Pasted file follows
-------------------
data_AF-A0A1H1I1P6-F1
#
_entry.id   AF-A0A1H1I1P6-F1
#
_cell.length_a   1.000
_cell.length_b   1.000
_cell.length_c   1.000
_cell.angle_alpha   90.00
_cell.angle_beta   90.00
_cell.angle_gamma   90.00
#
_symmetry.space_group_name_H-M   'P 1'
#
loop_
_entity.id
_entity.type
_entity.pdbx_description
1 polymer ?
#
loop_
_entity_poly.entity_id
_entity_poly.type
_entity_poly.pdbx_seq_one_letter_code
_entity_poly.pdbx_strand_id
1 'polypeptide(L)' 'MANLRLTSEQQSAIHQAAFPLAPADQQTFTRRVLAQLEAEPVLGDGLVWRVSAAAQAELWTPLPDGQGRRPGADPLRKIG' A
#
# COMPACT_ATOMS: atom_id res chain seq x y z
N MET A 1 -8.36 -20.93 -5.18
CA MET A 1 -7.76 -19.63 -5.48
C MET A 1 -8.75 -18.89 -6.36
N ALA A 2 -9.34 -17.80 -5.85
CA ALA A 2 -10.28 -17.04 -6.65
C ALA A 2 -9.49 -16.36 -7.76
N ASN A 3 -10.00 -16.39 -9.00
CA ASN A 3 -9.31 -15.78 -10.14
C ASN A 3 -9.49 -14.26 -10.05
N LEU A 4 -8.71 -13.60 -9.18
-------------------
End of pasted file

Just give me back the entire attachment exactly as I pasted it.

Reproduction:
data_AF-A0A1H1I1P6-F1
#
_entry.id   AF-A0A1H1I1P6-F1
#
_cell.length_a   1.000
_cell.length_b   1.000
_cell.length_c   1.000
_cell.angle_alpha   90.00
_cell.angle_beta   90.00
_cell.angle_gamma   90.00
#
_symmetry.space_group_name_H-M   'P 1'
#
loop_
_entity.id
_entity.type
_entity.pdbx_description
1 polymer ?
#
loop_
_entity_poly.entity_id
_entity_poly.type
_entity_poly.pdbx_seq_one_letter_code
_entity_poly.pdbx_strand_id
1 'polypeptide(L)' 'MANLRLTSEQQSAIHQAAFPLAPADQQTFTRRVLAQLEAEPVLGDGLVWRVSAAAQAELWTPLPDGQGRRPGADPLRKIG' A
#
# COMPACT_ATOMS: atom_id res chain seq x y z
N MET A 1 -8.36 -20.93 -5.18
CA MET A 1 -7.76 -19.63 -5.48
C MET A 1 -8.75 -18.89 -6.36
N ALA A 2 -9.34 -17.80 -5.85
CA ALA A 2 -10.28 -17.04 -6.65
C ALA A 2 -9.49 -16.36 -7.76
N ASN A 3 -10.00 -16.39 -9.00
CA ASN A 3 -9.31 -15.78 -10.14
C ASN A 3 -9.49 -14.26 -10.05
N LEU A 4 -8.71 -13.60 -9.18